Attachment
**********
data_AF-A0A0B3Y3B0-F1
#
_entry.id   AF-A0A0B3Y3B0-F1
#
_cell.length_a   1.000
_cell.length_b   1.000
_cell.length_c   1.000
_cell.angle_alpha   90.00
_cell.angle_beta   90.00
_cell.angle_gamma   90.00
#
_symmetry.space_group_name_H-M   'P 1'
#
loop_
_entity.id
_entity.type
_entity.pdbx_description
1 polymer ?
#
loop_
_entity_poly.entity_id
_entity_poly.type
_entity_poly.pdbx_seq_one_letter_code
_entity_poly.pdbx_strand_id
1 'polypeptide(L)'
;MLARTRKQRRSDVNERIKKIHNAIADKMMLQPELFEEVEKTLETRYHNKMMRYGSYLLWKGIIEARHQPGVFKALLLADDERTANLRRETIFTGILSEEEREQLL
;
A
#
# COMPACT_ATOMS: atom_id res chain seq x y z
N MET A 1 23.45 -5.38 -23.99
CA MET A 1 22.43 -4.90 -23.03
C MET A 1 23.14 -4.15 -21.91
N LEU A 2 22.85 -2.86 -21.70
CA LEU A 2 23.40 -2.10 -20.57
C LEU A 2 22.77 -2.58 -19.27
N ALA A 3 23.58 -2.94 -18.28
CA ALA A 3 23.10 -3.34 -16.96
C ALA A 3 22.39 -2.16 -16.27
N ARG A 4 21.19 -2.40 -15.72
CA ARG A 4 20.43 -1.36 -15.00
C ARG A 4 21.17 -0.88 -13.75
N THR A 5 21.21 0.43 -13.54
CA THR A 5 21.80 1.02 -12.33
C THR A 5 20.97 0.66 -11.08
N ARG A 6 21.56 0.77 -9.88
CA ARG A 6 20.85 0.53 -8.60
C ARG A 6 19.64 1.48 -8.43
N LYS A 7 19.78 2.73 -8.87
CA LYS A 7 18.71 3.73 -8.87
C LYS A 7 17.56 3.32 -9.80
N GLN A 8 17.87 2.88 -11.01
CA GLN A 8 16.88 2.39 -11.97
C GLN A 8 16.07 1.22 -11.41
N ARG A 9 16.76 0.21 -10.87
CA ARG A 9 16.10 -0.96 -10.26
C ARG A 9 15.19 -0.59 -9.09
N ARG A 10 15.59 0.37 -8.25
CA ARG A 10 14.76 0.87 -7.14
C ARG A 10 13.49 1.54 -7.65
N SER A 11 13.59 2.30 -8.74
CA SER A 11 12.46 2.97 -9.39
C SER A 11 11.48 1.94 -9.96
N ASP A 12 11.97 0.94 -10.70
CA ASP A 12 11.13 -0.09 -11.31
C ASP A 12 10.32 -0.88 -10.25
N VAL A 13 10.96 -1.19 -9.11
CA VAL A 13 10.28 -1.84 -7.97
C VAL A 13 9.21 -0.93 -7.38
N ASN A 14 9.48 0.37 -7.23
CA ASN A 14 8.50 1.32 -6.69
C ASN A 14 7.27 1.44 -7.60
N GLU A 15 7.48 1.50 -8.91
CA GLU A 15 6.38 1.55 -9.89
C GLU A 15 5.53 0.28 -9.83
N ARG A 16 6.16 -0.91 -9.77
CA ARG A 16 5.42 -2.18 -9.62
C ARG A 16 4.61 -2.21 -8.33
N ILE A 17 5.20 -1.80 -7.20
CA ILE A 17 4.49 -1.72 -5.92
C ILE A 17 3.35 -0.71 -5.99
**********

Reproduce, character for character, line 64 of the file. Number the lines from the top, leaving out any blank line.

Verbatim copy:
N ASP A 12 11.97 0.94 -10.70